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[Significance of socio-hygienic conditions at food-processing plants for securing the quality of food products].

https://arctichealth.org/en/permalink/ahliterature232874
Source
Gig Sanit. 1988 Jul;(7):77-8
Publication Type
Article
Date
Jul-1988

Vavilov's Collection of Worldwide Crop Genetic Resources in the 21st Century.

https://arctichealth.org/en/permalink/ahliterature296807
Source
Biopreserv Biobank. 2018 Oct; 16(5):377-383
Publication Type
Historical Article
Journal Article
Date
Oct-2018
Author
N I Dzyubenko
Author Affiliation
The N.I. Vavilov All Russian Institute of Plant Genetic Resources, Federal Research Center , St. Petersburg, Russia .
Source
Biopreserv Biobank. 2018 Oct; 16(5):377-383
Date
Oct-2018
Language
English
Publication Type
Historical Article
Journal Article
Keywords
Biodiversity
Climate
Conservation of Natural Resources
Crops, Agricultural - genetics
Food Supply
Genetic Variation
History, 21st Century
Russia
Seed Bank - history - organization & administration
Seeds - genetics - growth & development
Abstract
N.I. Vavilov was among the first scientists who recognized the high potential value of plant genetic resources (PGR) for humankind. In addition to his fundamental work on the centers of crop origin, he emphasized the importance of collection and ex situ conservation of cultivated plants and their wild relatives, to make them available for breeding programs and for future generations. Vavilov's ideas formed a solid scientific basis for the long-term efforts on securing PGR in ex situ genebanks, both internationally and in Russia. The collection of seeds and living plants at the N.I. Vavilov All Russian Institute of Plant Genetic Resources (VIR) is one of the oldest in the world. The size of the collection increased from 301 accessions in 1901 to over 330,000 accessions in 2017, now representing 64 botanical families, 376 genera, and 2169 species. Acquisition was mainly focused on crops that are suitable for cultivation in Russia such as potatoes, barley, wheat, sorghum, beans, vegetables, forage species, and many others. For over a century, VIR has been providing the materials for breeding programs and research, which resulted in developing new cultivars with unique characteristics such as high yield combined with deceased resistance, improved storability, cold and drought tolerance, or ability to grow on deserts and polluted lands. The main field collection near St. Petersburg and 11 main branches across the country covering a wide spectrum of climatic conditions combined with modern seed storage, in vitro and cryobank facilities, and molecular laboratories form a solid platform for breeding, regeneration, and evaluation of accessions in the collection. This article gives a brief overview of VIR as the leading genebank and breeding center in Russia, its main activities in conservation and utilization of PGR for national food security and its role in developing national policies in this area.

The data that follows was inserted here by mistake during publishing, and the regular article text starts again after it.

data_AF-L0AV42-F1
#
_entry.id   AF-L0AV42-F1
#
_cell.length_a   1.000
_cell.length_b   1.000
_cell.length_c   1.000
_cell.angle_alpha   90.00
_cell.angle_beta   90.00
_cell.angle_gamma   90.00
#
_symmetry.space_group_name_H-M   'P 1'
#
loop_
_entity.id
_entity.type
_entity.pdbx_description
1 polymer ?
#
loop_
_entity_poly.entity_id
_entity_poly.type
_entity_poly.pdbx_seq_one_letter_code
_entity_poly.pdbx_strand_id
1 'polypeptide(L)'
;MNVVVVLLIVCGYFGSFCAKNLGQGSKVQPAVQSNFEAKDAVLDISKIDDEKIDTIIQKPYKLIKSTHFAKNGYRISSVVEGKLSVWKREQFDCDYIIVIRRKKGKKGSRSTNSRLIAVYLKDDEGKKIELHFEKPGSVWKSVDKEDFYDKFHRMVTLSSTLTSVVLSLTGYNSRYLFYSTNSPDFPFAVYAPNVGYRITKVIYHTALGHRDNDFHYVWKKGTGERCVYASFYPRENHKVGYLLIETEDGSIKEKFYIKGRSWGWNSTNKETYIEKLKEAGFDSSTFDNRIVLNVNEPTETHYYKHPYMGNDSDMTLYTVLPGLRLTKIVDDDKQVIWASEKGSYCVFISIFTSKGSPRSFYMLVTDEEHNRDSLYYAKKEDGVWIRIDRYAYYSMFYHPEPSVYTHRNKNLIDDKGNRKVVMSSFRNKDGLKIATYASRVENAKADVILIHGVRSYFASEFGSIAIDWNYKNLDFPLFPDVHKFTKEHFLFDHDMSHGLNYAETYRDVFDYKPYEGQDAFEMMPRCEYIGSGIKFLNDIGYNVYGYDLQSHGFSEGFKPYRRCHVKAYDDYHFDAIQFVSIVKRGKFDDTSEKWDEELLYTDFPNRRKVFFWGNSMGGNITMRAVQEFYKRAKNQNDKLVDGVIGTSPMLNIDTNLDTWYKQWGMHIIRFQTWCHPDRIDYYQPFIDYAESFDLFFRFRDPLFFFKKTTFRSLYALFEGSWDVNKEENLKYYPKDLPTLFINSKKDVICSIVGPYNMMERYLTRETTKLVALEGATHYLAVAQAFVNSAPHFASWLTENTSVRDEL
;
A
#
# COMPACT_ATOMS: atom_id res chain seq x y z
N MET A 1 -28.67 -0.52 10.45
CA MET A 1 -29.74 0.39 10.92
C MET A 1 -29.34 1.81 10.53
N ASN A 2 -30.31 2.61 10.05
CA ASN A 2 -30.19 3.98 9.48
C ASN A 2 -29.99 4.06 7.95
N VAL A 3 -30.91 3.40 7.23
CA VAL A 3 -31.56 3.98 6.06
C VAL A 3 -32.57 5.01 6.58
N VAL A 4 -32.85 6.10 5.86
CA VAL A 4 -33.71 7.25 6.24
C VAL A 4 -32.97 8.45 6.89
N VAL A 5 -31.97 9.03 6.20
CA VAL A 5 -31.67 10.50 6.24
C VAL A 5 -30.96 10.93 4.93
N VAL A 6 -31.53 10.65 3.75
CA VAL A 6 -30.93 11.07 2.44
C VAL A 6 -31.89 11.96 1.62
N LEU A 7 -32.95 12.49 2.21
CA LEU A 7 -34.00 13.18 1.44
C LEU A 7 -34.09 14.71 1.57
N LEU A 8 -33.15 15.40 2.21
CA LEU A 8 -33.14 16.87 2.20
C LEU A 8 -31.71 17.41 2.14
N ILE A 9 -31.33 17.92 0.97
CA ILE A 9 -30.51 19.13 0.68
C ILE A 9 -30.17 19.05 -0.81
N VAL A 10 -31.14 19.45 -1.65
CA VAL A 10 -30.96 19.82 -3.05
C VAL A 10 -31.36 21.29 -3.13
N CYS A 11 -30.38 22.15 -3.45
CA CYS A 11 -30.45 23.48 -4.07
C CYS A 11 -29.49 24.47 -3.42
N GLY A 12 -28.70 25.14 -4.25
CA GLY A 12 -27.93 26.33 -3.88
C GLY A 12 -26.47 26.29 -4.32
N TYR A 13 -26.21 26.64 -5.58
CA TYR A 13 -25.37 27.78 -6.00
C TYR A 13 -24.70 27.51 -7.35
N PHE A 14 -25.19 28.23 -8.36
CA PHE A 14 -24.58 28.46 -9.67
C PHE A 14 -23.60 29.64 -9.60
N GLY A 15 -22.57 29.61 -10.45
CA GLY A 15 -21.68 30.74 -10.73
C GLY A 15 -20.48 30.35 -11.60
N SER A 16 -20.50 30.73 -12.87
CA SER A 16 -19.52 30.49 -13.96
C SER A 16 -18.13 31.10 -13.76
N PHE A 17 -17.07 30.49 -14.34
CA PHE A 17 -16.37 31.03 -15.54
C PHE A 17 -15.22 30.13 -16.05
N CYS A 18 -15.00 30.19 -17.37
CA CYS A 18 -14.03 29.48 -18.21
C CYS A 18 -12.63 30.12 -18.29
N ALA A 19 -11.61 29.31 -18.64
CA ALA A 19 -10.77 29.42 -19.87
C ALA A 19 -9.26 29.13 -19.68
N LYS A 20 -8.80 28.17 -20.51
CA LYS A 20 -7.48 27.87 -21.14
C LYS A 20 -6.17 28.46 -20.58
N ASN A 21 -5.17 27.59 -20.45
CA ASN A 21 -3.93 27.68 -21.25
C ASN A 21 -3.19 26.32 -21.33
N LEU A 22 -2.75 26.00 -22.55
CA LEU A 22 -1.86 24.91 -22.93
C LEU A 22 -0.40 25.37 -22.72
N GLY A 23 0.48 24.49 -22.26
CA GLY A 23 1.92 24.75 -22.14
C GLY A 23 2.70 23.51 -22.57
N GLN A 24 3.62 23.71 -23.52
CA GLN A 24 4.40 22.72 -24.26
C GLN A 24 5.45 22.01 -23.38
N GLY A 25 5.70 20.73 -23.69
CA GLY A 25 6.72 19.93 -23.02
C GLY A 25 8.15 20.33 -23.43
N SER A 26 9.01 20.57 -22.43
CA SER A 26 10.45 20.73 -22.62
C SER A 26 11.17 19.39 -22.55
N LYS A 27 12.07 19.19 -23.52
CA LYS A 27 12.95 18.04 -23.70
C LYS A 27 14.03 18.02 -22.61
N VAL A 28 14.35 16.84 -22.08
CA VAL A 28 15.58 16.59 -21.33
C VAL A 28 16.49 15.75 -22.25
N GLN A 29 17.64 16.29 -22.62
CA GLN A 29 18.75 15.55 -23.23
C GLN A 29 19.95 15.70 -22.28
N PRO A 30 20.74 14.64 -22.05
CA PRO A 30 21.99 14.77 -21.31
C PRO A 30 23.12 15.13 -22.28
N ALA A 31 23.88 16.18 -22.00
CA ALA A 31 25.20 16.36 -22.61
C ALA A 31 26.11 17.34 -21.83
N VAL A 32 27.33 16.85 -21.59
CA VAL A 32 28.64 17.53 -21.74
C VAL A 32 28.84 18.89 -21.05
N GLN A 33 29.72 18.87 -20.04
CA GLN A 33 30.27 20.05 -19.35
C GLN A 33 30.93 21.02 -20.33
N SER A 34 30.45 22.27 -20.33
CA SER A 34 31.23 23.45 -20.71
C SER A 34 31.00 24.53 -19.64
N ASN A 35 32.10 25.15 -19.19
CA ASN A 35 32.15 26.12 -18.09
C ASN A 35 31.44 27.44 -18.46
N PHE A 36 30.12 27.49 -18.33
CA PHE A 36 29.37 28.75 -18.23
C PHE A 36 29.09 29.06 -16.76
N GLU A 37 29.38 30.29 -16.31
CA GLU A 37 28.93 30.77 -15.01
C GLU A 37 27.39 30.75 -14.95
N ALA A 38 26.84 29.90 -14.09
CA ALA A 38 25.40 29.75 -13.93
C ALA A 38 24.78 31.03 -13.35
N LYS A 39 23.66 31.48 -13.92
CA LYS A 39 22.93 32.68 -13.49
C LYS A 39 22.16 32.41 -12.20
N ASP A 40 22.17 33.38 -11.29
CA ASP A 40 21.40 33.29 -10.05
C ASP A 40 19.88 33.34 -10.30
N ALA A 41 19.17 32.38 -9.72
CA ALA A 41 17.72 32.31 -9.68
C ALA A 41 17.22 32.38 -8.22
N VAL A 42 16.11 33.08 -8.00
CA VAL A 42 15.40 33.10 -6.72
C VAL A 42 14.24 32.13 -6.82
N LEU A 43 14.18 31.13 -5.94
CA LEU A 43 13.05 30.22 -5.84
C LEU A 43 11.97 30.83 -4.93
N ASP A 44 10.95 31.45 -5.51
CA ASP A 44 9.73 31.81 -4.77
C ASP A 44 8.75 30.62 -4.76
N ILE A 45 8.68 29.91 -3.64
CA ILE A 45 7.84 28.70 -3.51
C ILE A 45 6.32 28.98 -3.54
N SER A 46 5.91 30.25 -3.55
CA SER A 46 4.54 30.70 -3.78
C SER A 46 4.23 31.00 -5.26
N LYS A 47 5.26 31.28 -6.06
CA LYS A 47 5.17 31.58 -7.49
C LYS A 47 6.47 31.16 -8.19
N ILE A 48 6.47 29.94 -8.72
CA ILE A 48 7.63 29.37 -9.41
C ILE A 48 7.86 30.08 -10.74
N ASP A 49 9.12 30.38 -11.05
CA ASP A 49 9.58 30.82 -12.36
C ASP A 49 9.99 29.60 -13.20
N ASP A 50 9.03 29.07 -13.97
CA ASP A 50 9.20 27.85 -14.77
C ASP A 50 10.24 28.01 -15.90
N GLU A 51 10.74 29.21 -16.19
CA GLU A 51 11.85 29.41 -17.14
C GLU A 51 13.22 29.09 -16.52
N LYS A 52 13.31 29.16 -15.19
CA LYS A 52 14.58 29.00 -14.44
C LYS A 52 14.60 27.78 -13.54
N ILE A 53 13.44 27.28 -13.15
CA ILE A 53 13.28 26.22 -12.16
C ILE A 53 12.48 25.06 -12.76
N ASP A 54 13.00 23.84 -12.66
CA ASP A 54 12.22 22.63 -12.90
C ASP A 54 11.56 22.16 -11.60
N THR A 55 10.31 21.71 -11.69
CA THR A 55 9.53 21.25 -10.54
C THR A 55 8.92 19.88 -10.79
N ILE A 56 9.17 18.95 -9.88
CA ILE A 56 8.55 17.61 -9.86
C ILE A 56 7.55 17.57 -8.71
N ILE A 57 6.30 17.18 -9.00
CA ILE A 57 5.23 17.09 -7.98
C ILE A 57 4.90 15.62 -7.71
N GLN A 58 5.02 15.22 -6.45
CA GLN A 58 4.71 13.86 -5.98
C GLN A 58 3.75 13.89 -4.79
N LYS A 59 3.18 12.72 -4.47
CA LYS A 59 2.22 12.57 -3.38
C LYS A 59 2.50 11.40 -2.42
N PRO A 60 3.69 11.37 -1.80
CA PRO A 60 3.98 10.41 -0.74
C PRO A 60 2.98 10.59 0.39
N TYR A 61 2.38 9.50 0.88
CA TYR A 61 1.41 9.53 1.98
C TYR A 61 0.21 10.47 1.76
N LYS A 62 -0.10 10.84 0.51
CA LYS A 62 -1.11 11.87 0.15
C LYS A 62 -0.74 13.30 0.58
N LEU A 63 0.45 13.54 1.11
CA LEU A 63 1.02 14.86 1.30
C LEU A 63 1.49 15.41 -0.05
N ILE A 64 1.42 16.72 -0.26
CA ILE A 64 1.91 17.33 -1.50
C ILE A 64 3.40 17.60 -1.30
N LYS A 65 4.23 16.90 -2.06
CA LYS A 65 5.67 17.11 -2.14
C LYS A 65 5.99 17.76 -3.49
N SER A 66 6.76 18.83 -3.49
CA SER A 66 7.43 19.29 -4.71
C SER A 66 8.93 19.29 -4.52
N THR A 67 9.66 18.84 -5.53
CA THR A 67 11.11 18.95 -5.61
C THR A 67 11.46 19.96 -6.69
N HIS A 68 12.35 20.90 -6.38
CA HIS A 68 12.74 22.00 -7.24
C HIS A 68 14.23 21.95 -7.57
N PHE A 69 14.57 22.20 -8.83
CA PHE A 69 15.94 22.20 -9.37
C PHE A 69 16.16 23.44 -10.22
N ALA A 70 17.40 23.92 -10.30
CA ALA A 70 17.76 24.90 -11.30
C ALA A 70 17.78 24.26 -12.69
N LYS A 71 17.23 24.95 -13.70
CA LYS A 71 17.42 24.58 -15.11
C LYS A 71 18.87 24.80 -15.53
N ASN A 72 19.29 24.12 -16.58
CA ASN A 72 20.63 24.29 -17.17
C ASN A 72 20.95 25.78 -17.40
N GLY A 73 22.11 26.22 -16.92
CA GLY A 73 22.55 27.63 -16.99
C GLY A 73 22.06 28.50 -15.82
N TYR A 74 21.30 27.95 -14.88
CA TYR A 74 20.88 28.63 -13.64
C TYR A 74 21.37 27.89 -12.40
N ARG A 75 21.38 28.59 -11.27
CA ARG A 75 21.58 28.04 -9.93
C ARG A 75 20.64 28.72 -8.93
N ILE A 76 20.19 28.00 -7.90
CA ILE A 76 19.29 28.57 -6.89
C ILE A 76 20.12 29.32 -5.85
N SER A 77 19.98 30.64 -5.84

PubMed ID
30325664 View in PubMed
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International Arctic Observations Assessment Framework.

https://arctichealth.org/en/permalink/ahliterature295342
Source
IDA Science and Technology Policy Institute, Washington, DC, U.S.A., and Sustaining Arctic Observing Networks, Oslo, Norway. 73 pp.
Publication Type
Report
Date
2017
(Economy, Environment, People, and Climate). The discussion groups commented on the preliminary SBA descriptions, adjusted the proposed sub-areas, and developed key objectives and associated descriptions for the 12 SBAs. 1. Disaster Preparedness 2. Environmental Quality 3. Food Security 4
  1 document  
Author
IDA Science and Technology Policy Institute
Sustaining Arctic Observing Networks
Source
IDA Science and Technology Policy Institute, Washington, DC, U.S.A., and Sustaining Arctic Observing Networks, Oslo, Norway. 73 pp.
Date
2017
Language
English
Geographic Location
Multi-National
Publication Type
Report
File Size
857757
Keywords
Arctic
Observation tools
Economy
Environment
People
Climate
Abstract
On January 12 and 13, 2017, the IDA Science and Technology Policy Institute (STPI) and the Sustaining Arctic Observing Networks (SAON) co-hosted a workshop to develop an international Arctic Observations Assessment Framework. The workshop convened experts from international, state, and local governments; industry; academia; and non-governmental organizations to review and revise a framework for assessing the societal benefits derived from Arctic observations. The goal of the workshop was to achieve international consensus on a comprehensive set of key objectives that rely on these observations.
Documents

STPI-SAON-International-Arctic-Observations-Framework-Report-2017.pdf

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Historical warnings of future food insecurity with unprecedented seasonal heat.